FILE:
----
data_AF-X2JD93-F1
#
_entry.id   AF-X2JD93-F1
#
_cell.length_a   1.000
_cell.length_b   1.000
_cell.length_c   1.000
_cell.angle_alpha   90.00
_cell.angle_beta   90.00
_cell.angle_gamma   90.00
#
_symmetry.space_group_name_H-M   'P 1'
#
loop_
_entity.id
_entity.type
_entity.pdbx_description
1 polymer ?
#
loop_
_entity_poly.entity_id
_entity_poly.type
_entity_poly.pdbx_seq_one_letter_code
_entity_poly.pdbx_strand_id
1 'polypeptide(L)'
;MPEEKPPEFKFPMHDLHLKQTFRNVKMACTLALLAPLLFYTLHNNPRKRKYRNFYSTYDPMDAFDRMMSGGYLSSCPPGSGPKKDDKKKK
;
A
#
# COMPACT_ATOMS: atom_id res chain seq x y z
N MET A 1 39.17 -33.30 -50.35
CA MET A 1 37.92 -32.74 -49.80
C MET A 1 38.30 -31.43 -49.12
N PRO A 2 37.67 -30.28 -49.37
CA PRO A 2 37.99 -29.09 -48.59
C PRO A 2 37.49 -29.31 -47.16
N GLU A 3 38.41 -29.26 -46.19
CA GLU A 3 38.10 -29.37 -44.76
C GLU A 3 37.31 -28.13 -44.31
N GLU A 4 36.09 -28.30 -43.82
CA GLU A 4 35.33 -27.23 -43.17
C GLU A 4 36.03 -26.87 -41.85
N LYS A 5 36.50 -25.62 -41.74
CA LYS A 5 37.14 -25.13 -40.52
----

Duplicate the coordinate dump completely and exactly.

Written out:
data_AF-X2JD93-F1
#
_entry.id   AF-X2JD93-F1
#
_cell.length_a   1.000
_cell.length_b   1.000
_cell.length_c   1.000
_cell.angle_alpha   90.00
_cell.angle_beta   90.00
_cell.angle_gamma   90.00
#
_symmetry.space_group_name_H-M   'P 1'
#
loop_
_entity.id
_entity.type
_entity.pdbx_description
1 polymer ?
#
loop_
_entity_poly.entity_id
_entity_poly.type
_entity_poly.pdbx_seq_one_letter_code
_entity_poly.pdbx_strand_id
1 'polypeptide(L)'
;MPEEKPPEFKFPMHDLHLKQTFRNVKMACTLALLAPLLFYTLHNNPRKRKYRNFYSTYDPMDAFDRMMSGGYLSSCPPGSGPKKDDKKKK
;
A
#
# COMPACT_ATOMS: atom_id res chain seq x y z
N MET A 1 39.17 -33.30 -50.35
CA MET A 1 37.92 -32.74 -49.80
C MET A 1 38.30 -31.43 -49.12
N PRO A 2 37.67 -30.28 -49.37
CA PRO A 2 37.99 -29.09 -48.59
C PRO A 2 37.49 -29.31 -47.16
N GLU A 3 38.41 -29.26 -46.19
CA GLU A 3 38.10 -29.37 -44.76
C GLU A 3 37.31 -28.13 -44.31
N GLU A 4 36.09 -28.30 -43.82
CA GLU A 4 35.33 -27.23 -43.17
C GLU A 4 36.03 -26.87 -41.85
N LYS A 5 36.50 -25.62 -41.74
CA LYS A 5 37.14 -25.13 -40.52